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MORALES v. KIRKLAND

United States District Court, N.D. California


September 21, 2005.

JOSE LUIS MORALES, Plaintiff,
v.
RICHARD KIRKLAND, Defendants.

The opinion of the court was delivered by: PHYLLIS HAMILTON, District Judge

ORDER OF DISMISSAL

Plaintiff, an inmate at Pelican Bay State Prison, has filed a pro se civil rights complaint under 42 U.S.C. § 1983.

DISCUSSION

  A. Standard of Review

  Federal courts must engage in a preliminary screening of cases in which prisoners seek redress from a governmental entity or officer or employee of a governmental entity. 28 U.S.C. § 1915A(a). In its review the court must identify any cognizable claims, and dismiss any claims which are frivolous, malicious, fail to state a claim upon which relief may be granted, or seek monetary relief from a defendant who is immune from such relief. Id. at 1915A(b)(1),(2).

  To state a claim under 42 U.S.C. § 1983, a plaintiff must allege two essential elements: (1) that a right secured by the Constitution or laws of the United States was violated, and (2) that the alleged deprivation was committed by a person acting under the color of state law. West v. Atkins, 487 U.S. 42, 48 (1988). B. Legal Claims

  Allegations that a prisoner was deprived of property, whether negligently or deliberately, are not sufficient to state a claim under section under § 1983 if the deprivation was random and unauthorized, as opposed to pursuant to a policy. Parratt v. Taylor, 451 U.S. 527, 535-44 (1981) (state employee negligently lost prisoner's hobby kit), overruled in part on other grounds, Daniels v. Williams, 474 U.S. 327, 330-31 (1986); Hudson v. Palmer, 468 U.S. 517, 533 (1984) (intentional destruction of inmate's property). The availability of an adequate state post-deprivation remedy, e.g. a state tort action, precludes relief because it provides adequate procedural due process. King v. Massarweh, 782 F.2d 825, 826 (9th Cir. 1986). California law provides an adequate post-deprivation remedy for any property deprivations. Barnett v. Centoni, 31 F.3d 813, 816-17 (9th Cir. 1994). Nor is a prisoner protected by the Fourth Amendment against the seizure, destruction or conversion of his property. Taylor v. Knapp, 871 F.2d 803, 806 (9th Cir. 1989).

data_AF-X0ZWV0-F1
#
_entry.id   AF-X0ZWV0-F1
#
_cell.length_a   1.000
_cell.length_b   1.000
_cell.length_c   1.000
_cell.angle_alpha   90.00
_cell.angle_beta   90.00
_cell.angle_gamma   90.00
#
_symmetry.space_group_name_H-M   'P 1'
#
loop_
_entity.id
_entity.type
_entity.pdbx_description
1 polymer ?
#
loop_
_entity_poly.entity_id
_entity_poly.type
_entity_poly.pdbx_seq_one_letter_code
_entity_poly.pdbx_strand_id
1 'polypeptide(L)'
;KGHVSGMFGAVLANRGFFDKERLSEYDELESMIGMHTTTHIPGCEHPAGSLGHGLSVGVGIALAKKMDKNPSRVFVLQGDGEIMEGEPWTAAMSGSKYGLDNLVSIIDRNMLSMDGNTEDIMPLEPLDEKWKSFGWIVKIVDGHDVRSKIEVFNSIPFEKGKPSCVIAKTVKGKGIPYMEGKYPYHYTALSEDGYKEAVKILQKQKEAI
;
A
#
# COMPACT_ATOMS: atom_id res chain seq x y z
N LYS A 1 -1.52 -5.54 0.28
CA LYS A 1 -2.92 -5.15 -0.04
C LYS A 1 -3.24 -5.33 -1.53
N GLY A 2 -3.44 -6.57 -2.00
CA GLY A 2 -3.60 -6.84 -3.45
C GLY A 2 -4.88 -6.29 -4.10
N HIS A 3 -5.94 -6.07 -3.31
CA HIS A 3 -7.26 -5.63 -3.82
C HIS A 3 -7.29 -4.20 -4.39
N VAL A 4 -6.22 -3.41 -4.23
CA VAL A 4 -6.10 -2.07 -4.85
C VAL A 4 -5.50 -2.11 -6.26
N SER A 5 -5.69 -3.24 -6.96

Plaintiff contends that his television was made inoperable when prison employees attempted to remove the internal speaker, which prison regulations evidently do not allow. The prison offered to replace the television with another, but plaintiff declined the offer, apparently because the prison was unwilling to guarantee how long it would work. Plaintiff has since purchased a new television.

  Plaintiff's assertion that the prison deprived him of his television set is an allegation of a random and unauthorized deprivation of property of the sort not cognizable under § 1983. Because it is obvious that the institution does not have a policy of rendering prisoners' televison sets inoperable, which would be the only circumstance under which plaintiff could avoid the Parratt rule, it would be futile to allow plaintiff to amend. The case therefore will be dismissed with prejudice. CONCLUSION

  For the reasons set out above, this case is DISMISSED with prejudice. Plaintiff's implied motion to proceed in forma pauperis (doc 3) is DENIED. No fee is due. The clerk shall close the file.

  IT IS SO ORDERED.

20050921

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